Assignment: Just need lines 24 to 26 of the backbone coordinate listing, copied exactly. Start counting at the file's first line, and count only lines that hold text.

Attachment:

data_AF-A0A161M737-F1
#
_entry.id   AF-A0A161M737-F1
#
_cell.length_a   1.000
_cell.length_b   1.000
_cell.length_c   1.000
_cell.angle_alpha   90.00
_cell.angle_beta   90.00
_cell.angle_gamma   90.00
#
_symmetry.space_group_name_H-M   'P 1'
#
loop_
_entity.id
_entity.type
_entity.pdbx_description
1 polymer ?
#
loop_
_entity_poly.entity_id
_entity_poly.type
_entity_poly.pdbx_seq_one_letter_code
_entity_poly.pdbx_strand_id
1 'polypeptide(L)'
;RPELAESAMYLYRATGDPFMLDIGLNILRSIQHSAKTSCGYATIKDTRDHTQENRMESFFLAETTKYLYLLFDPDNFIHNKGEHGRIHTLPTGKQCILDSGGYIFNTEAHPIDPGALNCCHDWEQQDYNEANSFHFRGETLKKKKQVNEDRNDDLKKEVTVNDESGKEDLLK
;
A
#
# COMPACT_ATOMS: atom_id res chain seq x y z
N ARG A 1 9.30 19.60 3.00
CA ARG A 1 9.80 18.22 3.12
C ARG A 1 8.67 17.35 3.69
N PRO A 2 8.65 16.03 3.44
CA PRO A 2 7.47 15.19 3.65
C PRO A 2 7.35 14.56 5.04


_entity_poly.pdbx_strand_id
1 'polypeptide(L)'
;RPELAESAMYLYRATGDPFMLDIGLNILRSIQHSAKTSCGYATIKDTRDHTQENRMESFFLAETTKYLYLLFDPDNFIHNKGEHGRIHTLPTGKQCILDSGGYIFNTEAHPIDPGALNCCHDWEQQDYNEANSFHFRGETLKKKKQVNEDRNDDLKKEVTVNDESGKEDLLK